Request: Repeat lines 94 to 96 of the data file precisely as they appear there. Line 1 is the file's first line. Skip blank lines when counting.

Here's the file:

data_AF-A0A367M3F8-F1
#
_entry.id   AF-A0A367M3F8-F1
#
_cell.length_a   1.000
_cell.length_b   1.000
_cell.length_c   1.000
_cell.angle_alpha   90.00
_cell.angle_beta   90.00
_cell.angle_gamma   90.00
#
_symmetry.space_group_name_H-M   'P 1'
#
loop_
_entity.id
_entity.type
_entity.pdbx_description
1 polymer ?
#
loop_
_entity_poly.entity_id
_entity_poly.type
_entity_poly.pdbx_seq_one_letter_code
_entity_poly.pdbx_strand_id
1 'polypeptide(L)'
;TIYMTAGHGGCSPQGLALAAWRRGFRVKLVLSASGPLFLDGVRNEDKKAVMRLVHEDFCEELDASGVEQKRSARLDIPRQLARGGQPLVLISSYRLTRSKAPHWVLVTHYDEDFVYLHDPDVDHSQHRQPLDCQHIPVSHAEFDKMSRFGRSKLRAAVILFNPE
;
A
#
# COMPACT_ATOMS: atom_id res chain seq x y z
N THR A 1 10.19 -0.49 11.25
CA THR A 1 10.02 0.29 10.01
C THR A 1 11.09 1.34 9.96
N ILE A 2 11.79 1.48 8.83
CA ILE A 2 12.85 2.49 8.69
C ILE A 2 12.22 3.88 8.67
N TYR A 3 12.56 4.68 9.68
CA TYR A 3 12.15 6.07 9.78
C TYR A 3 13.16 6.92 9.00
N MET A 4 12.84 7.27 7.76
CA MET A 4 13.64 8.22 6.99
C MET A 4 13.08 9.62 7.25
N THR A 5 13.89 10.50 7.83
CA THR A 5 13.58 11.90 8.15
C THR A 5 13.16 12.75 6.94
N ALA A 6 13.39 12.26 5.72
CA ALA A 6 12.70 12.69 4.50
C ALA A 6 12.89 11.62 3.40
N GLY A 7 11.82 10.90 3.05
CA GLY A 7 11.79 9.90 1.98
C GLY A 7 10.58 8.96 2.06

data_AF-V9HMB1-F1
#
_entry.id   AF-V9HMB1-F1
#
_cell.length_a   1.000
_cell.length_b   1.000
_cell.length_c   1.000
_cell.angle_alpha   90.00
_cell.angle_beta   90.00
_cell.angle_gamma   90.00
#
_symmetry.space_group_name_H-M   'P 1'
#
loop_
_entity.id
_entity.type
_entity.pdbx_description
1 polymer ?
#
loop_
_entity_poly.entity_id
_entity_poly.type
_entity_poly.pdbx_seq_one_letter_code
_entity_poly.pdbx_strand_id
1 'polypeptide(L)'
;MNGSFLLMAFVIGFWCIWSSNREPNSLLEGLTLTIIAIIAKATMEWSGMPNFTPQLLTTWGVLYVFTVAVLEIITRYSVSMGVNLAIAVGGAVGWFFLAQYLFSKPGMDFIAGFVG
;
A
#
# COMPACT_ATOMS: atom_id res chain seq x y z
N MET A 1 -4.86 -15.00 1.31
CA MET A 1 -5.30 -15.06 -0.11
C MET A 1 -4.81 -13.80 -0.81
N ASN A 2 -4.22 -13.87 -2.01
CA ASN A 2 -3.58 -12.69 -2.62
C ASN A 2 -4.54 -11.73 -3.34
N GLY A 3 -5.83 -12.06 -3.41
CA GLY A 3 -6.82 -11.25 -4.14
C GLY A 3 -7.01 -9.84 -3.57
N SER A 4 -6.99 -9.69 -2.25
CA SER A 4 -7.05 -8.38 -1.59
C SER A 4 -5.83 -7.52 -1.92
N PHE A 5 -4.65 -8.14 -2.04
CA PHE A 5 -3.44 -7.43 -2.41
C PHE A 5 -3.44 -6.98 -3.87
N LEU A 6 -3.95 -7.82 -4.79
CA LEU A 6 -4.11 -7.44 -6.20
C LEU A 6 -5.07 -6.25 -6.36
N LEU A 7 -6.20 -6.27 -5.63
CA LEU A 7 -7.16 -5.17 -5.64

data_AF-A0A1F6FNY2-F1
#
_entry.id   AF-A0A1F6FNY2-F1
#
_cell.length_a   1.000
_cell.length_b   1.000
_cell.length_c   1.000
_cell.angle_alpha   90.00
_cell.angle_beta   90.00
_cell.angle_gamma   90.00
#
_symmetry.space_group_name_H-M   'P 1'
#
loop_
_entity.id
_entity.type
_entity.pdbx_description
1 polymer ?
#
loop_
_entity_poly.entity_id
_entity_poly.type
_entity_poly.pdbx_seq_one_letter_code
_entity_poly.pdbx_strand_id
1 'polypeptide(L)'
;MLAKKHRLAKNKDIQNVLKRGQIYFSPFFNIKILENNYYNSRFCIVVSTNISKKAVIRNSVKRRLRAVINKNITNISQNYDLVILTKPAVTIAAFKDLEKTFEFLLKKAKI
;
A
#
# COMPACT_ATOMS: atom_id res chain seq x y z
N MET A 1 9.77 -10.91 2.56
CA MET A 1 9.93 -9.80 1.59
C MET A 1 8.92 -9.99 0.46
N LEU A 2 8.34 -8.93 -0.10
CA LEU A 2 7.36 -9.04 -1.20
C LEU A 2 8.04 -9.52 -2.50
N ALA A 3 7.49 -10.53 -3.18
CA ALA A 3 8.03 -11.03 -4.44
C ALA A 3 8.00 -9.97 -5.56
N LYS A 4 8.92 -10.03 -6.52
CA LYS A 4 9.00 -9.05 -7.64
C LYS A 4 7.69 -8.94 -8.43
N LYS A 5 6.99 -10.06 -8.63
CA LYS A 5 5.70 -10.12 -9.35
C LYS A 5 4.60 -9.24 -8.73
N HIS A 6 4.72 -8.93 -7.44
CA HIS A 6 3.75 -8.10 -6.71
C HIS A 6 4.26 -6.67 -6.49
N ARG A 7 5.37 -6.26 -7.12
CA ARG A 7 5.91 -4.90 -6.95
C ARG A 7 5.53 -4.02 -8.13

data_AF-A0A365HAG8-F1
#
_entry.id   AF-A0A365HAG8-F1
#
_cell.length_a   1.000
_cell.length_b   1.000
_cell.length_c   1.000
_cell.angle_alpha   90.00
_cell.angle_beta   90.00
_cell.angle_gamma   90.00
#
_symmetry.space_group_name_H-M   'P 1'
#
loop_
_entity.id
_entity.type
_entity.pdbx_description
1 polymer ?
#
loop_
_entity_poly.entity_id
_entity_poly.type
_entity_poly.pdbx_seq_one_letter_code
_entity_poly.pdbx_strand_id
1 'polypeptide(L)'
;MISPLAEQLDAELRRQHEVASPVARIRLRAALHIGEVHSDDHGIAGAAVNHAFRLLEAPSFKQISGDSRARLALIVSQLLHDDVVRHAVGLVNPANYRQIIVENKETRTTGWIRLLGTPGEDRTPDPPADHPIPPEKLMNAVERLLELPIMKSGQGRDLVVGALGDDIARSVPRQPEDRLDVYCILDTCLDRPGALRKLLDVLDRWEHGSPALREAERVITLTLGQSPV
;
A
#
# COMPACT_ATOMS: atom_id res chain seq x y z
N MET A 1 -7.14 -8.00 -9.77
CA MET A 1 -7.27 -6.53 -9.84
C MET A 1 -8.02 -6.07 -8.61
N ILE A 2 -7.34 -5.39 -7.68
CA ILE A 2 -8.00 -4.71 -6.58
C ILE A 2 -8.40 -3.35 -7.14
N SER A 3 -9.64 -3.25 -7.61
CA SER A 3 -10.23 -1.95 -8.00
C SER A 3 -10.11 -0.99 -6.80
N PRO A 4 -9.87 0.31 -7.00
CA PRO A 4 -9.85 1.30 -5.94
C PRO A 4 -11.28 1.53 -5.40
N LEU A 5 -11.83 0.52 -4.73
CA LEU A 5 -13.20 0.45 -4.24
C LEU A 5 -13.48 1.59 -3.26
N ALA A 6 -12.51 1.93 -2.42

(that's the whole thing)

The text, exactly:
N PHE A 5 -4.65 -8.14 -2.04
CA PHE A 5 -3.44 -7.43 -2.41
C PHE A 5 -3.44 -6.98 -3.87